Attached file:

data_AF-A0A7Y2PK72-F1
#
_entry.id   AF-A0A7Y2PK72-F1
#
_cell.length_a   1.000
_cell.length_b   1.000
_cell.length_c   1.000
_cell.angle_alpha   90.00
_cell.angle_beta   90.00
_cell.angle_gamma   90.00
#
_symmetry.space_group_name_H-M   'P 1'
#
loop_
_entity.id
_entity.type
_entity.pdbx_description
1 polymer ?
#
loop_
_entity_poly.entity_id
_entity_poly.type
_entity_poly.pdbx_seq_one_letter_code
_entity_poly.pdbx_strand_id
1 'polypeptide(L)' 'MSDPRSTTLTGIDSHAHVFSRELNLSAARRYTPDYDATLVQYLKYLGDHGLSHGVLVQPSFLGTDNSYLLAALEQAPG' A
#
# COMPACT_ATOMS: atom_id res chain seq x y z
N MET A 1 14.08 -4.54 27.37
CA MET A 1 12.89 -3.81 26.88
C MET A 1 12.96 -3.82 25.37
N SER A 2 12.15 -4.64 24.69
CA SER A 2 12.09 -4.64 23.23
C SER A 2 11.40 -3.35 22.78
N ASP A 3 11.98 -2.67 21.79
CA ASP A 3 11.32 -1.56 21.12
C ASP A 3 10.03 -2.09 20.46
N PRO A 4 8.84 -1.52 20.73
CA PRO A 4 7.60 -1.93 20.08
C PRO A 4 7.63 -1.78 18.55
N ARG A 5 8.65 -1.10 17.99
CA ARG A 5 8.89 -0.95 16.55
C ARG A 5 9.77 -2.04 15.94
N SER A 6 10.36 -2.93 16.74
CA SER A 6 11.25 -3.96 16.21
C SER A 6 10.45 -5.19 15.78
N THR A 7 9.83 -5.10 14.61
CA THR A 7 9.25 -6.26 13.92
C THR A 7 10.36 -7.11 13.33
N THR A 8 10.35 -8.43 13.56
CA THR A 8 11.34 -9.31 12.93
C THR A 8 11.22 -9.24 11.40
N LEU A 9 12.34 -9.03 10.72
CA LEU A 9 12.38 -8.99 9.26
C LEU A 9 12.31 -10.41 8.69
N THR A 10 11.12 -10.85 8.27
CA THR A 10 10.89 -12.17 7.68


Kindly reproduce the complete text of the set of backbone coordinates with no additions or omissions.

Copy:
data_AF-A0A7Y2PK72-F1
#
_entry.id   AF-A0A7Y2PK72-F1
#
_cell.length_a   1.000
_cell.length_b   1.000
_cell.length_c   1.000
_cell.angle_alpha   90.00
_cell.angle_beta   90.00
_cell.angle_gamma   90.00
#
_symmetry.space_group_name_H-M   'P 1'
#
loop_
_entity.id
_entity.type
_entity.pdbx_description
1 polymer ?
#
loop_
_entity_poly.entity_id
_entity_poly.type
_entity_poly.pdbx_seq_one_letter_code
_entity_poly.pdbx_strand_id
1 'polypeptide(L)' 'MSDPRSTTLTGIDSHAHVFSRELNLSAARRYTPDYDATLVQYLKYLGDHGLSHGVLVQPSFLGTDNSYLLAALEQAPG' A
#
# COMPACT_ATOMS: atom_id res chain seq x y z
N MET A 1 14.08 -4.54 27.37
CA MET A 1 12.89 -3.81 26.88
C MET A 1 12.96 -3.82 25.37
N SER A 2 12.15 -4.64 24.69
CA SER A 2 12.09 -4.64 23.23
C SER A 2 11.40 -3.35 22.78
N ASP A 3 11.98 -2.67 21.79
CA ASP A 3 11.32 -1.56 21.12
C ASP A 3 10.03 -2.09 20.46
N PRO A 4 8.84 -1.52 20.73
CA PRO A 4 7.60 -1.93 20.08
C PRO A 4 7.63 -1.78 18.55
N ARG A 5 8.65 -1.10 17.99
CA ARG A 5 8.89 -0.95 16.55
C ARG A 5 9.77 -2.04 15.94
N SER A 6 10.36 -2.93 16.74
CA SER A 6 11.25 -3.96 16.21
C SER A 6 10.45 -5.19 15.78
N THR A 7 9.83 -5.10 14.61
CA THR A 7 9.25 -6.26 13.92
C THR A 7 10.36 -7.11 13.33
N THR A 8 10.35 -8.43 13.56
CA THR A 8 11.34 -9.31 12.93
C THR A 8 11.22 -9.24 11.40
N LEU A 9 12.34 -9.03 10.72
CA LEU A 9 12.38 -8.99 9.26
C LEU A 9 12.31 -10.41 8.69
N THR A 10 11.12 -10.85 8.27
CA THR A 10 10.89 -12.17 7.68